The type inference engine is pretty smart. It does more than looking at the type of the value expression during an initialization. It also looks at how the variable is used afterwards to infer its type. Here's an advanced example of type inference:

fn main() {
    // Because of the annotation, the compiler knows that `elem` has type u8.
    let elem = 5u8;

    // Create an empty vector (a growable array).
    let mut vec = Vec::new();
    // At this point the compiler doesn't know the exact type of `vec`, it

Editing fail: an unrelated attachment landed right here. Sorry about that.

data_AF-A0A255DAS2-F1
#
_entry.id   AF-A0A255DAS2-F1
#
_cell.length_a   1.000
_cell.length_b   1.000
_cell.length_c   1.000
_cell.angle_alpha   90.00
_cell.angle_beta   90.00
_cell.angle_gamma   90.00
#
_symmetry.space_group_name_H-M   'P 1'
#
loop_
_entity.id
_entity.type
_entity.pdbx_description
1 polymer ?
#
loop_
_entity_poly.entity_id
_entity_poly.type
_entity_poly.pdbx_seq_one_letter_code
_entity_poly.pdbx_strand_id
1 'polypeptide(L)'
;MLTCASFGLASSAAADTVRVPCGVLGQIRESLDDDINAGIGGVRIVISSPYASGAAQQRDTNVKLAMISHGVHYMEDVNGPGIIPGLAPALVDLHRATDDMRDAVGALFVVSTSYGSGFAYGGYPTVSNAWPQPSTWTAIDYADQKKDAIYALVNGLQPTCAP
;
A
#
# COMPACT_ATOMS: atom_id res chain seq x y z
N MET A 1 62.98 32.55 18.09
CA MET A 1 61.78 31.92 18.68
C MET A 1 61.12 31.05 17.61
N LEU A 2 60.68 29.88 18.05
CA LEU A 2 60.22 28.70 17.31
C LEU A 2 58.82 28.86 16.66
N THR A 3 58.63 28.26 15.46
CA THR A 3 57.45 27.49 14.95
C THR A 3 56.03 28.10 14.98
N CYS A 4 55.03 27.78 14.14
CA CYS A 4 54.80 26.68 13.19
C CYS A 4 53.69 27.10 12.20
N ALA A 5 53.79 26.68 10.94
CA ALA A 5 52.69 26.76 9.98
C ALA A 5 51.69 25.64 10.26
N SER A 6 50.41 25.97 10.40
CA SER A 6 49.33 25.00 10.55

// just knows that it's a vector of something (`Vec<_>`).

    // Insert `elem` in the vector.
    // Aha! Now the compiler knows that `vec` is a vector of `u8`s (`Vec<u8>`)
    // TODO ^ Try commenting out the `vec.push(elem)` line

    println!("{:?}", vec);

No type annotation of variables was needed, the compiler is happy and so is the programmer!